State regulators have issued a blistering report saying Armor Correctional Health, the private company hired to treat sick inmates in the Nassau County jail, has a pattern of failing to get patients to the hospital when they need help.
The report comes weeks after the I-Team interviewed jail insiders who also claimed medical neglect by the jail health provider. Those insiders said that alleged neglect was costing lives.
In the report, the state's Commission of Correction has accused Armor Correctional Health of being negligent, deficient and incompetent in the treatment of John Gleeson, a burglary suspect who died after a hereditary condition caused his neck to swell behind bars, constricting his air passage.
Regulators said Armor's failure to quickly get Gleeson to the hospital was "demonstrative of negligent medical care by Armor, Inc,"
The report also accused the private medical provider of a broader pattern of failure.
"The Medical Review Board found Armor Inc. . . . has engaged in a pattern of inadequate and neglectful medical care and questions their ability to meet and provide for the health care needs of jail inmates."
As part of the report, authors recommended the Nassau County Legislature conduct an inquiry into the "fitness" of Armor to continue as jail health provider.
Responding to the report's findings, Nassau County Executive Ed Mangano said Armor's actions -- at least in the case of one deceased inmate -- are under review.
"While the County Legislature unanimously approved a two-year [Armor] contract extension in June 2015, the report raises concerning allegations and the matter has been referred to the County Attorney for review," wrote Brian Nevin, a spokesman for Mangano.
This isn't the first time the county has been warned of problems with Armor Correctional Health. Last month, the I-Team interviewed a former Armor nurse who said she's witnessed the company cut corners.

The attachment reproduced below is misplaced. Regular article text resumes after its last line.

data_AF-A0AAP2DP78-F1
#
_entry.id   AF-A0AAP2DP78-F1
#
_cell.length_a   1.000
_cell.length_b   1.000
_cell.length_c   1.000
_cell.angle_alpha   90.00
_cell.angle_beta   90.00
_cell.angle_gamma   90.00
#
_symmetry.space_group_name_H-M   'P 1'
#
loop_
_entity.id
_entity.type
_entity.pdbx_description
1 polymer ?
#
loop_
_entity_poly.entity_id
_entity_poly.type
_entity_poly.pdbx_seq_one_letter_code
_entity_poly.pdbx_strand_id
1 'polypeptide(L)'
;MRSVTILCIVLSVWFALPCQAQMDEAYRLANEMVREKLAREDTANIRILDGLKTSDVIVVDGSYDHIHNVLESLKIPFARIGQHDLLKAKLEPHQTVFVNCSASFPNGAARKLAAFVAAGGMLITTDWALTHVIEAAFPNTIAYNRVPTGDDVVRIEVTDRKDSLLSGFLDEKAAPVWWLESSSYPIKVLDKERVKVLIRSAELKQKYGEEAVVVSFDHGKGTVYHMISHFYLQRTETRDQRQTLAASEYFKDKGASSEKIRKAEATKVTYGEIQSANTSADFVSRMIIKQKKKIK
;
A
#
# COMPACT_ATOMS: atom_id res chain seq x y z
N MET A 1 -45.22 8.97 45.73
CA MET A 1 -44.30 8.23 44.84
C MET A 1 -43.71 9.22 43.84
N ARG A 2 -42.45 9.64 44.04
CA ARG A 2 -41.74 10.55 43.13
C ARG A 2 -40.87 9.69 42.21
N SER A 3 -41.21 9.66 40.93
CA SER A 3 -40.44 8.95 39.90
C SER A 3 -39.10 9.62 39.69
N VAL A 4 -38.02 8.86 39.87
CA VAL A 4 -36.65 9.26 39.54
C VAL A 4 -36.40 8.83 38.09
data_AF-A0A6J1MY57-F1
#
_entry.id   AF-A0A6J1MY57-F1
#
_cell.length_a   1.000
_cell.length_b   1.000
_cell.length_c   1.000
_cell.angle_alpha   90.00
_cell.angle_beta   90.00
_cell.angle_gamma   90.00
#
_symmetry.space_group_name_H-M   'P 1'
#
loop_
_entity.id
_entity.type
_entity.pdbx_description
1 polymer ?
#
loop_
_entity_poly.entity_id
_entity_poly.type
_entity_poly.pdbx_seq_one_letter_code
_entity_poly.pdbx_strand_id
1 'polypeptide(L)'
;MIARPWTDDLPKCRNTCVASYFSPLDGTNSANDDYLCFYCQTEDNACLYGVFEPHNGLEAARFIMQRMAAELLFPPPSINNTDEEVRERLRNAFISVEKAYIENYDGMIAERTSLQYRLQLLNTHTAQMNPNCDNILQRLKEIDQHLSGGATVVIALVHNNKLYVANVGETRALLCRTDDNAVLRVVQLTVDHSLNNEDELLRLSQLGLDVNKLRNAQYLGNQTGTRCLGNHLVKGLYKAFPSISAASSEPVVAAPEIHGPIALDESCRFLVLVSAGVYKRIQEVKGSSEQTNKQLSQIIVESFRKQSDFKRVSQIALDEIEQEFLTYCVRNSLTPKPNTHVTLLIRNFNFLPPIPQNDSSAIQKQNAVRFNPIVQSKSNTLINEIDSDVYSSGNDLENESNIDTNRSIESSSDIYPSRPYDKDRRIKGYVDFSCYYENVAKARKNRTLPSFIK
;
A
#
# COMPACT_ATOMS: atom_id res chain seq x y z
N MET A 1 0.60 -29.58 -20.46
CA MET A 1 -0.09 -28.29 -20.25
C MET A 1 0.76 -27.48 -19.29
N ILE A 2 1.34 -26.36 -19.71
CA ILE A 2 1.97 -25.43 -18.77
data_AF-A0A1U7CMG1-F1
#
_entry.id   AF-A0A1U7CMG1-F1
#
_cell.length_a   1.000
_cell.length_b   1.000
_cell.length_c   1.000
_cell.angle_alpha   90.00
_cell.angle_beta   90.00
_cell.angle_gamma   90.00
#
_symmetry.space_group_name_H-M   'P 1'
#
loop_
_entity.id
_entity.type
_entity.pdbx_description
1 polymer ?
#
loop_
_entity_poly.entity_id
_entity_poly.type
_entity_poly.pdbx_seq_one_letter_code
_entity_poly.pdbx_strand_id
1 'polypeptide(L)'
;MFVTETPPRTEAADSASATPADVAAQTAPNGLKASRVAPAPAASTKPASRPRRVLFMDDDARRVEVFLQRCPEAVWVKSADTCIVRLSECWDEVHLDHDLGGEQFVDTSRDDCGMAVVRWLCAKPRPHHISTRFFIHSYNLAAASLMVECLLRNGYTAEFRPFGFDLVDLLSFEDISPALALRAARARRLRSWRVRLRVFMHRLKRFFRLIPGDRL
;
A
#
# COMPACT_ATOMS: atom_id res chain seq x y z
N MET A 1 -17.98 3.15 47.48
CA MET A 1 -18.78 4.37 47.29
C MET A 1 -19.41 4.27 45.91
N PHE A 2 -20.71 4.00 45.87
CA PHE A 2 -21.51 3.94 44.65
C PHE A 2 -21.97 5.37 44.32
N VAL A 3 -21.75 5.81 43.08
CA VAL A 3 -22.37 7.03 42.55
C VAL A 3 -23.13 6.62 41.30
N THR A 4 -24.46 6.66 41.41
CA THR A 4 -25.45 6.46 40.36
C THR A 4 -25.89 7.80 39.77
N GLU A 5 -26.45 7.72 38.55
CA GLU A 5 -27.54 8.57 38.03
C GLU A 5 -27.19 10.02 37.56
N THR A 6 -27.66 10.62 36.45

“Medications are being cut, supplies are being cut, positions are not being there," the former Armor nurse said. She said she recently left the company partly because of concerns the company’s policies could put her nursing license in jeopardy. "I don’t think there should be a price tag on anyone’s life."
She asked to remain anonymous for fear that speaking out could jeopardize her new job.
In May, she said Armor failed to order proper tests for an inmate complaining of chest pains.
"They didn’t do an EKG on him," the nurse said. "They put him back in his cell. And hour later, he was face down in his cell.”
That inmate was later pronounced dead at the hospital.
After the inmate's family members filed a notice of claim against Armor, the I-Team was able to confirm his identity, Tony Marinaccio, a 53-year-old man jailed for attacking a police officer when police responded to his home during a domestic dispute.
"Everybody's medical needs should be attended to properly," said Gloria Gazzola, Marinaccio’s sister.
Jason Starr, executive director of the Nassau County Chapter of the NYCLU, said inmates have long complained about Armor staff dismissing medical needs.
"It's a fair conclusion to draw that too many of these decisions are being made based on profit and not on care," Starr said.
Citing health privacy laws, Armor Correctional Health Services did not comment on individual inmates’ cases. But in a statement previously emailed to the I-Team, the company said it "has a proven record of delivering quality health care to more than 40,000 patient-inmates in eight states."
Armor says cost is never considered when providing inmate health care. The firm says inmates get their medication and treatment promptly. It also says jail health care providers are frequently the subject of unfounded allegations and legal actions.
The company stressed that no jury has ever found Armor guilty of medical malpractice, and said "health care providers in the corrections setting are subject to significant and frequently unfounded allegations.”
Dozens of lawsuits have been filed against Armor Correctional Health in the last five years, according to federal court records. The Marinaccio family is suing the health care company.